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Five-time Oscar nominee Roger Deakins is grabbing a lot of attention these days, having served as director of photography on three recent high-profile features: Joel and Ethan Coen’s “No Country for Old Men,” Paul Haggis’ “In the Valley of Elah” and Andrew Dominik’s “The Assassination of Jesse James by the Coward Robert Ford.”
Like most studio features, all three films went through a digital intermediate, or DI, process — a method of digitally color timing and finishing a motion picture. But while DI has relatively quickly become the norm for finishing features in Hollywood, Deakins says that it still is very much misunderstood.
“It actually saves time and money on set — I don’t think they realize that,” he says. “I also don’t think they realize why it’s so important that the cinematographer sees the project through. (The latter) is a really important point, and it hasn’t been argued enough by the different guilds and societies. … I will not go into a movie unless I know that I’m going to have some sort of input or control over seeing the image in the DI process.
“There is so much power in what you can do to the image,” he adds. “It’s a little bit more open to the possibility of abuse in the sense that the intention of the cinematographer can be easily be taken away.”
Deakins is considered a pioneer of the DI process, having first used the technique in 2000 on the Coens’ “O Brother, Where Art Thou.” Describing the benefits of DI, he says: “When you shoot a film … it’s never really exactly what we wanted to achieve — either the sun is going in and out on daylight exterior or whatever. There’s always things that you wish you could change. Now with DI, some of them I can control a little bit.
“(For example), I can balance a shot that was done in full sunlight with something that was done with a slightly cloudy sky because I can take the contrast down on one and bring it up on another. It will never exactly match, but you can make little corrections.”
Deakins used DI to match two outdoor scenes in “No Country for Old Men.” “One is night to dawn into day, which is the night of the drug bust, and then to the river. The other is the sequence where Chigurh (Javier Bardem) is staking out the motel. He is driving along the freeway, and he comes and circles the motel and looks at the door. In both, you only had a certain amount of time to shoot all the shots that were meant to flow seamlessly as one scene, so the DI was really handy in matching.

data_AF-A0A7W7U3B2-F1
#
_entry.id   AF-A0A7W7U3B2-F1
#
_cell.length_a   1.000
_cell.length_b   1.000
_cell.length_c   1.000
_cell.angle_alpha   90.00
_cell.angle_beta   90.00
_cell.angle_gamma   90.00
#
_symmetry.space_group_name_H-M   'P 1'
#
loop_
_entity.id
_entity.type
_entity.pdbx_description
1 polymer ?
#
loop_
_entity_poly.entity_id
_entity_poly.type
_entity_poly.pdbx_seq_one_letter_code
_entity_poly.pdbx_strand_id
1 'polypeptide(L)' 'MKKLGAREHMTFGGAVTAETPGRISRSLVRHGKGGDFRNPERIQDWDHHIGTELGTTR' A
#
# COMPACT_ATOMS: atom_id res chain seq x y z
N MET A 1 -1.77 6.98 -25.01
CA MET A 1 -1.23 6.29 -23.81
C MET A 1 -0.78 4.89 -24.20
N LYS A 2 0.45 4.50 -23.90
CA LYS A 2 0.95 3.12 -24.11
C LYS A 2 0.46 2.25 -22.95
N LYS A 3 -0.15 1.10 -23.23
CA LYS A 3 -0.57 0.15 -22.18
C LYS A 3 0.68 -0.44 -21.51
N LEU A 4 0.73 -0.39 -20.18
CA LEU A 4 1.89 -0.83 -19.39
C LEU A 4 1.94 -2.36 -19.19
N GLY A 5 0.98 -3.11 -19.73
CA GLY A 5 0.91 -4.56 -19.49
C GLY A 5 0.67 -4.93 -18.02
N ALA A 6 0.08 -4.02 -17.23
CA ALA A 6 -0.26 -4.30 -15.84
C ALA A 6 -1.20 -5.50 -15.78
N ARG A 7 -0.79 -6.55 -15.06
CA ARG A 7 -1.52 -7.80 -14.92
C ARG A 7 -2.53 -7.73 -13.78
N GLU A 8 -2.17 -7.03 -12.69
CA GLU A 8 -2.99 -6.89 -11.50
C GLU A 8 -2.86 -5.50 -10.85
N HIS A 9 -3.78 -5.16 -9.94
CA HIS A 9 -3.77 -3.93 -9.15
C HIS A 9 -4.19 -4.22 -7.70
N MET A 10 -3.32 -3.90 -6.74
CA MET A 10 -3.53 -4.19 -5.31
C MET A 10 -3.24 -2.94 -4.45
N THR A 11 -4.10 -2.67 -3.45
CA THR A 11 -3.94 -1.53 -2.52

“If you are shooting at dusk, the light is a different color an hour later. The color changes, the quality of light, the contrast — everything changes. (In DI) you can help it. Knowing I can do that in DI saves me a lot of time on set.”
The process and the gear has been evolving, and Deakins says participation is becoming less geographically dependent. “I no longer have to worry about having to do a finish on one film if I am shooting out of town,” he says.
The DP says it was not long ago that he was shooting “Jesse James” in Canada and flying back to Los Angeles on weekends for the DI session at Efilm on his earlier project, “Jarhead.”
More recently, Efilm brought a “portable” system to the East Coast while he was shooting “Revolutionary Road” there so he could participate in the grading of “Jesse James.”
“So in the evening and on the weekends, I could go time ‘Jesse James,’ rather than getting on a plane and going to L.A. and getting totally exhausted doing that,” he says. “That’s a big advantage.”
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